Wednesday, July 20, 2011

The "Longhorn Network" deal or NCAA violation?

The Longhorn Network Logo

We wondered the other day about reports Texas A&M was having meetings with their Board of Regents regarding the University of Texas's foray into cable programming with the "Longhorn Network".

Now we have a better idea why.

For those of you new to the story, Texas has a 20-year, $300 million deal in place with ESPN to create their own cable network. And our friends, the pillars of journalistic integrity, at ESPN are trying to come up with ways to program said network. It won't have a lot of Texas football, because most of those games are on the "Mothership" or ABC. It won't have a lot of basketball games, because the Big 12/10 has a deal with Fox Sports for that.

So they've come up with, what appears to be a plan. And that plan is to televise Texas High School sports. And the question the folks at A&M, and now the rest of us want to know: Is that not an NCAA violation? It sure seems like a recruiting advantage.

Gary Blair, the women's basketball coach at A&M tells the San Antonio Express News "If Brittney Griner was coming out of high school today and all of a sudden they decided to televise 8 of her home games, don't you think that would put Texas a leg up in recruiting".

A very good question.

Read the entire story from RIGHT HERE

Even more eyebrow raising after our pal Brooks at Sports by Brooks transcribed a radio interview with ESPN Programming VP Dave Brown, who coincidentally will run the new network, done by an Austin, Texas radio station.

In that interview, Brown talked at length about bringing High School games to the network that featured players the Longhorns would be recruiting. Hence, the questions begin. Is the network to help Texas make money or exploit a recruiting advantage?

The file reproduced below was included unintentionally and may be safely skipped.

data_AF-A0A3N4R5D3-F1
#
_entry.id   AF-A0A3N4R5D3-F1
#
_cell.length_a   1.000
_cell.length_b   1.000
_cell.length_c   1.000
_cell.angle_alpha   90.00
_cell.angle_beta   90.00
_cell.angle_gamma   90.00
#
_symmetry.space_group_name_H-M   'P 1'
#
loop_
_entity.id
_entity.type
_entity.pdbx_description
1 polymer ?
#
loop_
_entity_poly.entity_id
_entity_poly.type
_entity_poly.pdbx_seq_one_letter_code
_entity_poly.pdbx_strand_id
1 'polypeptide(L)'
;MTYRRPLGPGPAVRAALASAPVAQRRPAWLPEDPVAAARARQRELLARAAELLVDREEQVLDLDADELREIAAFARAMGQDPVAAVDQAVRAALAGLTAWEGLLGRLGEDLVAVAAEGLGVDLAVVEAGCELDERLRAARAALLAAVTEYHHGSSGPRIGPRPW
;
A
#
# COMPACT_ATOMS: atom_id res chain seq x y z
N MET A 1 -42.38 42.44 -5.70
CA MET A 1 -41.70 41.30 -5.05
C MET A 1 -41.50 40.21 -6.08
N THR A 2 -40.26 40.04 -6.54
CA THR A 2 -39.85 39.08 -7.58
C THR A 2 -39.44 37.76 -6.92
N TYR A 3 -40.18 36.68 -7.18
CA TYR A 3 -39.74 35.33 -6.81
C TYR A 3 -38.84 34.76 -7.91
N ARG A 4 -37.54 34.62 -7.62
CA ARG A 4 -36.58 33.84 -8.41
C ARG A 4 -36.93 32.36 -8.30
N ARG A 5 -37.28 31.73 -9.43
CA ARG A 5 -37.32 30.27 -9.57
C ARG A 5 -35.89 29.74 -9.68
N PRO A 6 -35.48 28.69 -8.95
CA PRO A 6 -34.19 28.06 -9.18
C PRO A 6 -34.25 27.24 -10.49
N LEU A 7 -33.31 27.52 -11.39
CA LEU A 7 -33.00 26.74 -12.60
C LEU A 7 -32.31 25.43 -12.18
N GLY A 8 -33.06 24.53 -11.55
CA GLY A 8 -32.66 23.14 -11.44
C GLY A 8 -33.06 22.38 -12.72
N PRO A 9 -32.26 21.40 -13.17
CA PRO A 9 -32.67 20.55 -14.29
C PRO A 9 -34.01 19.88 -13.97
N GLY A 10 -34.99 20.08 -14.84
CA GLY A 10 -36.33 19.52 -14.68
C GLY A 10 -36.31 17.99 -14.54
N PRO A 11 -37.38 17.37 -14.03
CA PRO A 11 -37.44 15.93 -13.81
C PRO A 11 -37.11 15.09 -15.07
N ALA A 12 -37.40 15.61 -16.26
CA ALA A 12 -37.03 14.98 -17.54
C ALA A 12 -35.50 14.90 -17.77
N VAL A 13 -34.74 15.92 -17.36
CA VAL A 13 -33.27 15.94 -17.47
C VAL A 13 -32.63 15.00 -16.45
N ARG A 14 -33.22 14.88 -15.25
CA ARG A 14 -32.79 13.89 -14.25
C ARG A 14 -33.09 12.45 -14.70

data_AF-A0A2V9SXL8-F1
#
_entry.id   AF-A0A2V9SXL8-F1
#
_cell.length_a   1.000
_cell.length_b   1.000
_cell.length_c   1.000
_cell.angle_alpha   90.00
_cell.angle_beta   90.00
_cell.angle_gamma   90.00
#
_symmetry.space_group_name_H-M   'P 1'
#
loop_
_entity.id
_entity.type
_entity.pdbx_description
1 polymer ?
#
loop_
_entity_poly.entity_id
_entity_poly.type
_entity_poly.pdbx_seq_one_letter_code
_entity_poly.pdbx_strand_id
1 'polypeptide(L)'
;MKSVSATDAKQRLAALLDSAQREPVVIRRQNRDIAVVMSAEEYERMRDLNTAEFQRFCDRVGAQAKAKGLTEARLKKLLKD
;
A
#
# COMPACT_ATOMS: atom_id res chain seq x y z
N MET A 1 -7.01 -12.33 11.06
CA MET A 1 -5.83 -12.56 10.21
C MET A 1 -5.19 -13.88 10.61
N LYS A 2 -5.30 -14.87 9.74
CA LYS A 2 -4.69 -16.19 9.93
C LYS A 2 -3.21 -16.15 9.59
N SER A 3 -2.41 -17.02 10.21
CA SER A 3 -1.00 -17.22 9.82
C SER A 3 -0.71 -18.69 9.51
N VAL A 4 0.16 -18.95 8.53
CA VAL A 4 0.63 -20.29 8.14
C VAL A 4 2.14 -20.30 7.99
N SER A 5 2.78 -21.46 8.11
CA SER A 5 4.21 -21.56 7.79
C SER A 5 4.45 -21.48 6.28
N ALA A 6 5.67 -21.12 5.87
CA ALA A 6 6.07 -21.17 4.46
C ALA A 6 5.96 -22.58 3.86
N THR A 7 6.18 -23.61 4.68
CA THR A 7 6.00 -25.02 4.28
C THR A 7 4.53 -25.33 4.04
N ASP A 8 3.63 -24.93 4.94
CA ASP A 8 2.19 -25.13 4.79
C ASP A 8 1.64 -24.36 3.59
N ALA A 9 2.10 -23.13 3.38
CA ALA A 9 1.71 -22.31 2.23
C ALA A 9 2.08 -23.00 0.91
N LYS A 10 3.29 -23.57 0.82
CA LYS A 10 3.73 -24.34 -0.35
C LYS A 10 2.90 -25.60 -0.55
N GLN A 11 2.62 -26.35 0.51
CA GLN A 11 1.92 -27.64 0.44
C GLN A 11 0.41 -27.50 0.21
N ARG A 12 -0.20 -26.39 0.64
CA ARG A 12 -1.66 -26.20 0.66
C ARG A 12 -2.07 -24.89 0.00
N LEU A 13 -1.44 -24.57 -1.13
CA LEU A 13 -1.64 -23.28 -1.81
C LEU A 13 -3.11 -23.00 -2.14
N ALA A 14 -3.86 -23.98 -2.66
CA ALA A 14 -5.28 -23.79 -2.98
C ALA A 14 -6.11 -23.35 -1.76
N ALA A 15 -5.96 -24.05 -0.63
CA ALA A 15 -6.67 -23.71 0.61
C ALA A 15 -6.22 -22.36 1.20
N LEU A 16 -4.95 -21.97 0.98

Read the entire Sports by Brooks story (it's revealing) RIGHT HERE

There are several questions here that we hope are being brought to the attention of the thus-far very quiet NCAA. Yeah, we get the network needs programming. It's hard to program a 24-hour network if you don't have a lot of original programming. We work in the TV business ourselves, we get that.

What we don't get is why this would be allowed. Sure, they are certainly within their rights to do a TV Network. If the 4-letter is willing to pay $300 million for some Longhorn love, they are entitled to do just that. But they need to play by the rules. The same rules everyone else is supposed to.

There is a lot of concern that this will be new ground. That this will set the precedent for the other "Mega-Schools" to do the same thing. And it probably will. If Texas can get that kind of money, think about what, say, Alabama could get. Not only will they get paid, if the precedent is set, they'd get a built in recruiting tool that most of the rest of the conference wouldn't.

Let's hope A&M speaks "Loudly" to the NCAA about this. Especially since Oklahoma, who's also currently in their conference is about to do something similar. The only good thing is having two networks like that so close to each other is they'll cannibalize themselves for programming.

Listen to Matthew McConaughey sound like Darth Vader in the Death Star promo:

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